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Figure 2 | Genome Biology

Figure 2

From: Genomics and the bacterial species problem

Figure 2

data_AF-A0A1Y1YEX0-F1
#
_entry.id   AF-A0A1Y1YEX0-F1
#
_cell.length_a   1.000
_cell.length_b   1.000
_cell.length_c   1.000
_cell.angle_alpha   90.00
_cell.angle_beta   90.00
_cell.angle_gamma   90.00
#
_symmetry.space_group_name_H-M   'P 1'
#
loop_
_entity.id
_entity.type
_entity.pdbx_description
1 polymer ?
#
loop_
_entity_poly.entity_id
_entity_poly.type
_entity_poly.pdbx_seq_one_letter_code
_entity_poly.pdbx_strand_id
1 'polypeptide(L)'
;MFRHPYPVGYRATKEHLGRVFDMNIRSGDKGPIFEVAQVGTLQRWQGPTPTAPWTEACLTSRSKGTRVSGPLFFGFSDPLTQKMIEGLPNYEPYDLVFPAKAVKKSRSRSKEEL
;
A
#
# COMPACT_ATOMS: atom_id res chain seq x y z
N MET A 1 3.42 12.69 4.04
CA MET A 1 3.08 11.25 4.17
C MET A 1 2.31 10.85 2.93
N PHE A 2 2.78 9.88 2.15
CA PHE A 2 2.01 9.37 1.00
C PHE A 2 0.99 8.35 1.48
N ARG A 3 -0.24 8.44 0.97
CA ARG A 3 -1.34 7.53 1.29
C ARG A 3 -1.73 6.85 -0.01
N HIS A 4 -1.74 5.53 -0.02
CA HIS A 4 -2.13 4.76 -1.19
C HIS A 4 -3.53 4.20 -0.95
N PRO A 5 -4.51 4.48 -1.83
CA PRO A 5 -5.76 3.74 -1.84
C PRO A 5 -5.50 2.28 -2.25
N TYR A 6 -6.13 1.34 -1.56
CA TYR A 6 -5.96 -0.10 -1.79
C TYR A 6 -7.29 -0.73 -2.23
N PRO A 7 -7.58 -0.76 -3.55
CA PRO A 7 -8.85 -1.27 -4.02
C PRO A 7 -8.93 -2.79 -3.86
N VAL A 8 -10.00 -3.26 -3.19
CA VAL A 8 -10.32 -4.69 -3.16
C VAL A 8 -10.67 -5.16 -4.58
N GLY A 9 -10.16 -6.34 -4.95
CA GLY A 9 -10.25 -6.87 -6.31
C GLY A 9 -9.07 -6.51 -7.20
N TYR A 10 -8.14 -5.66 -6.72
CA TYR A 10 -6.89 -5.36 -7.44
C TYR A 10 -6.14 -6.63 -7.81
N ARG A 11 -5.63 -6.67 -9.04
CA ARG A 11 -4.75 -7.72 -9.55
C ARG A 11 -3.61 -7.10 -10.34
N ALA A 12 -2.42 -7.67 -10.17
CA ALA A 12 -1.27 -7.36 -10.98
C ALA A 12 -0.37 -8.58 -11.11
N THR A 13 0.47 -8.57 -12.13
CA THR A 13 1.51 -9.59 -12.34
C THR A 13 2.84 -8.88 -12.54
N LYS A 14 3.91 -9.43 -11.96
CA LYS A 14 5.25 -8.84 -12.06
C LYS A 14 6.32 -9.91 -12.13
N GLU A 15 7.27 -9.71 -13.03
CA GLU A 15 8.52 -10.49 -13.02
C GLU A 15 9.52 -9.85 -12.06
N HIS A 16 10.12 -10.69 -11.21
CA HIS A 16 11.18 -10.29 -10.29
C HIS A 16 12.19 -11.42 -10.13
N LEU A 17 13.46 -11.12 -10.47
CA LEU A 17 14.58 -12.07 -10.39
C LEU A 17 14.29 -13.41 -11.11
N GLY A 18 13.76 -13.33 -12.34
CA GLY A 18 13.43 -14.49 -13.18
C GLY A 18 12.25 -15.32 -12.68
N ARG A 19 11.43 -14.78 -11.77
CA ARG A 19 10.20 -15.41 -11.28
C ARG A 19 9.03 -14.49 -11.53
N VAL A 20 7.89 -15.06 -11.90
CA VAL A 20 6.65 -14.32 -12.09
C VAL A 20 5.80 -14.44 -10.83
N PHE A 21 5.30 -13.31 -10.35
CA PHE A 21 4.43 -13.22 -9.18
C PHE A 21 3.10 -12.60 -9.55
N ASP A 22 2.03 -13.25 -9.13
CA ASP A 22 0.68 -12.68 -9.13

Models of processes that promote genomic coherence. (a) The ecotype species concept and (b) the biological species concept both entail processes that lead to genomic coherence within populations and divergence (horizontal dimension) between populations. Black arrowheads indicate organisms or isolates. The crosses in (a) indicate the clones eliminated in the process, while the red arrows in (b) indicate recombination between genomes. Blue lines indicate speciation. (c) If only random lineage splitting and lineage extinction occurred, coherence would not be expected, and the designation of speciation events (dashed blue lines) would be arbitrary. In the ecotype (periodic selection) model in (a), which is applicable to organisms without significant genetic recombination, favorable mutations sweep to fixation, carrying the genome in which they first occurred along, so that diversity is reduced to zero at all loci. Accumulation of neutral mutations, prior to the next sweep, generates the sort of microdiversity illustrated in Figure 1. Gray bars are niche boundaries. In the biological species model, it is individual favorable mutations that are fixed, because recombination (indicated by red arrows) separates them from alleles at other loci in the genome in which they first occurred. Still, recombination at all loci will in time promote genomic coherence within populations and divergence between populations, because with time all alleles at all loci will be traceable to mutations that occurred within the population. The gray block indicates a barrier to recombination.

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